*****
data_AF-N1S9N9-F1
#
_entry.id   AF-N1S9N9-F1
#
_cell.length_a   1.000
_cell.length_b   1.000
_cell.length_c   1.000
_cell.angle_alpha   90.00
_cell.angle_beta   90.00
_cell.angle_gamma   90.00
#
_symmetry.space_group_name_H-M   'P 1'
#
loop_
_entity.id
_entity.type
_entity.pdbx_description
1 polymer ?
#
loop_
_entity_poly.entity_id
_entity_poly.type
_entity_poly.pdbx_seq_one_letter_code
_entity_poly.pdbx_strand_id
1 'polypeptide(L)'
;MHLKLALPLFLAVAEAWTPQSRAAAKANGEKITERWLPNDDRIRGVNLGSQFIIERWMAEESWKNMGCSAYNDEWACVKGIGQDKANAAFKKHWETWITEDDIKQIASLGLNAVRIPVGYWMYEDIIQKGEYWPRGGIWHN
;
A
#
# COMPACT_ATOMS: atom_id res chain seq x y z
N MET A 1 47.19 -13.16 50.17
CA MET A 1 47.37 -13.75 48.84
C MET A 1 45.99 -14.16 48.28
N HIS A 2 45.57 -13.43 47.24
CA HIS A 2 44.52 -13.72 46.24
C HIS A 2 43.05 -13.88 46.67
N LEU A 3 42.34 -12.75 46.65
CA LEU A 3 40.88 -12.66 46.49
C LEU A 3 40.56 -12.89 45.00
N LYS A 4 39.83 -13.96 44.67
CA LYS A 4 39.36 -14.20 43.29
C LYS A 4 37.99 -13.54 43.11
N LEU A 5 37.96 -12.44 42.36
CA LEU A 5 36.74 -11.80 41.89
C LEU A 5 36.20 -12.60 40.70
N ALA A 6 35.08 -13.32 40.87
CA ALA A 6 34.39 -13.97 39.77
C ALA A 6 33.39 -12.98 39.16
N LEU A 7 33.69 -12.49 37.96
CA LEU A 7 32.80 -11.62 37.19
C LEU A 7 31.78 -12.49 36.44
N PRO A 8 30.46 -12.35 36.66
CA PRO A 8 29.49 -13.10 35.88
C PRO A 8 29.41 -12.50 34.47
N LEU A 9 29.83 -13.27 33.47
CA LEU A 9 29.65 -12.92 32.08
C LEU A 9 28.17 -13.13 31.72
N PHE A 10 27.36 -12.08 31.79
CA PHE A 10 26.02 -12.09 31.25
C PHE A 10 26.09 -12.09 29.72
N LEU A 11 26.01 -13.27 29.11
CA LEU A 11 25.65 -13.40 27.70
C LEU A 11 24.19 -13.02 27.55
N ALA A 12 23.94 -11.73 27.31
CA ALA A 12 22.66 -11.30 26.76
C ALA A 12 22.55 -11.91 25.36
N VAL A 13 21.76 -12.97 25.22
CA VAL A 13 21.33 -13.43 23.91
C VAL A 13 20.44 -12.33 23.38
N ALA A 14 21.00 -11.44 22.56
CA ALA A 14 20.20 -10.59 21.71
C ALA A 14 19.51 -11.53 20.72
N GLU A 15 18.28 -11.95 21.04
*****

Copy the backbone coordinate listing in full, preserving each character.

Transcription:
data_AF-N1S9N9-F1
#
_entry.id   AF-N1S9N9-F1
#
_cell.length_a   1.000
_cell.length_b   1.000
_cell.length_c   1.000
_cell.angle_alpha   90.00
_cell.angle_beta   90.00
_cell.angle_gamma   90.00
#
_symmetry.space_group_name_H-M   'P 1'
#
loop_
_entity.id
_entity.type
_entity.pdbx_description
1 polymer ?
#
loop_
_entity_poly.entity_id
_entity_poly.type
_entity_poly.pdbx_seq_one_letter_code
_entity_poly.pdbx_strand_id
1 'polypeptide(L)'
;MHLKLALPLFLAVAEAWTPQSRAAAKANGEKITERWLPNDDRIRGVNLGSQFIIERWMAEESWKNMGCSAYNDEWACVKGIGQDKANAAFKKHWETWITEDDIKQIASLGLNAVRIPVGYWMYEDIIQKGEYWPRGGIWHN
;
A
#
# COMPACT_ATOMS: atom_id res chain seq x y z
N MET A 1 47.19 -13.16 50.17
CA MET A 1 47.37 -13.75 48.84
C MET A 1 45.99 -14.16 48.28
N HIS A 2 45.57 -13.43 47.24
CA HIS A 2 44.52 -13.72 46.24
C HIS A 2 43.05 -13.88 46.67
N LEU A 3 42.34 -12.75 46.65
CA LEU A 3 40.88 -12.66 46.49
C LEU A 3 40.56 -12.89 45.00
N LYS A 4 39.83 -13.96 44.67
CA LYS A 4 39.36 -14.20 43.29
C LYS A 4 37.99 -13.54 43.11
N LEU A 5 37.96 -12.44 42.36
CA LEU A 5 36.74 -11.80 41.89
C LEU A 5 36.20 -12.60 40.70
N ALA A 6 35.08 -13.32 40.87
CA ALA A 6 34.39 -13.97 39.77
C ALA A 6 33.39 -12.98 39.16
N LEU A 7 33.69 -12.49 37.96
CA LEU A 7 32.80 -11.62 37.19
C LEU A 7 31.78 -12.49 36.44
N PRO A 8 30.46 -12.35 36.66
CA PRO A 8 29.49 -13.10 35.88
C PRO A 8 29.41 -12.50 34.47
N LEU A 9 29.83 -13.27 33.47
CA LEU A 9 29.65 -12.92 32.08
C LEU A 9 28.17 -13.13 31.72
N PHE A 10 27.36 -12.08 31.79
CA PHE A 10 26.02 -12.09 31.25
C PHE A 10 26.09 -12.09 29.72
N LEU A 11 26.01 -13.27 29.11
CA LEU A 11 25.65 -13.40 27.70
C LEU A 11 24.19 -13.02 27.55
N ALA A 12 23.94 -11.73 27.31
CA ALA A 12 22.66 -11.30 26.76
C ALA A 12 22.55 -11.91 25.36
N VAL A 13 21.76 -12.97 25.22
CA VAL A 13 21.33 -13.43 23.91
C VAL A 13 20.44 -12.33 23.38
N ALA A 14 21.00 -11.44 22.56
CA ALA A 14 20.20 -10.59 21.71
C ALA A 14 19.51 -11.53 20.72
N GLU A 15 18.28 -11.95 21.04